It’s tempting to try selling real estate when you know there’s an abundance of interested buyers who can afford your property. However, it’s important to remember that you have as much to gain from marketing your property as you do selling it.
If your house isn’t on the market, how will you get any offers? Before settling on a realtor or company, ask if they have experience marketing listings.
Check out their other listings in similar neighborhoods; if they don’t have a comparable listing nearby, you might want to look elsewhere. The same holds for insurance sales: before signing with an insurance broker, look at their track record and what kinds of clients they typically work with.
Finding your network and referrals
The first thing you need to do when starting a business is find your network. You’re not going to start a successful business in isolation; it needs support, referrals, and contacts to help you out. If you’re doing some marketing or advertising campaign (and you should be) the chances are good that at least one of your clients is a natural fit for another service you offer.
Take advantage of that by making them an offer they can’t refuse – refer them to some new business! If they enjoy their work with you, why wouldn’t they want to share your name with others? And vice versa: if someone does end up referring new customers your way, there’s no reason not to send them some business in return.
Frequently Asked Questions
Is it possible to work as an estate agent while also selling insurance?
Yes. Most people sell properties and owners’ insurance, eliminating the need for another salesperson and increasing your chances of earning a profit since you are already viewed as trustworthy.
Is it feasible to work as a property manager and an insurance agent simultaneously?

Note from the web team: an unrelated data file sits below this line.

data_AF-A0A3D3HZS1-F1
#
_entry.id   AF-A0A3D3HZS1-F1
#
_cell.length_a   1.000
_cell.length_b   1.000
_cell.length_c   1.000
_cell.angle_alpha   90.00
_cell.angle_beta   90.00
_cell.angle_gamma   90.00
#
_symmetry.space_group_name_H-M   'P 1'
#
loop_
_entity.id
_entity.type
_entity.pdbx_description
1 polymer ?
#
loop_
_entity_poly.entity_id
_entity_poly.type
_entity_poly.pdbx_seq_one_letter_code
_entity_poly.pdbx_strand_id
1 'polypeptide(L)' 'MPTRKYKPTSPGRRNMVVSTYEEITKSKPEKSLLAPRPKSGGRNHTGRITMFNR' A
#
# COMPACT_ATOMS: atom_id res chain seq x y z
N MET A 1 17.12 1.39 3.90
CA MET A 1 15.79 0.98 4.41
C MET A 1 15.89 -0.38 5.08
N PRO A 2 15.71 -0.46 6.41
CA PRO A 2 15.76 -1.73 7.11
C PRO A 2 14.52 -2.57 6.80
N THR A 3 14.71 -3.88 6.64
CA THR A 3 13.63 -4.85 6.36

Yes, if you’ve done it before. It’s nearly impossible anymore, given the tougher regulations, if you’re a new manager in both industries.
Can you sell both insurance and property at the same time?
You may surely do so! But then why would you want to? For your efforts trying to reach many of the correct individuals who are likely to purchase the product and employ you as a service supplier, you must prospect to a specific consumer in a segment that you designate. Unless the business suddenly falls into your lap, you’re dividing your focus and, as a result, your energies in two distinct directions.
Is it illegal to sell property and insurance simultaneously?
I’m not familiar with the legislation of all fifty states however presuming there are no stated limitations, selling both property and insurance is technically legal. However, I would advise you to become a specialist in one field before moving on to another.
I’ve worked in both areas and can tell you that they’re both quite complicated—and attempting to be a jack of all trades dramatically increases your chances of making a mistake. Even when there is no apparent misconduct on your part, you may potentially face conflict of interest allegations.
Therefore, only because you could do something doesn’t mean you should.
You can sell both insurance and real estate legally (of course, after acquiring the license and other legal formalities) simultaneously. Still, according to experts’ advice, one should become s specialist in one field only to excel. Both fields can be hard to pursue as a career simultaneously, but it is permissible if you want to do so.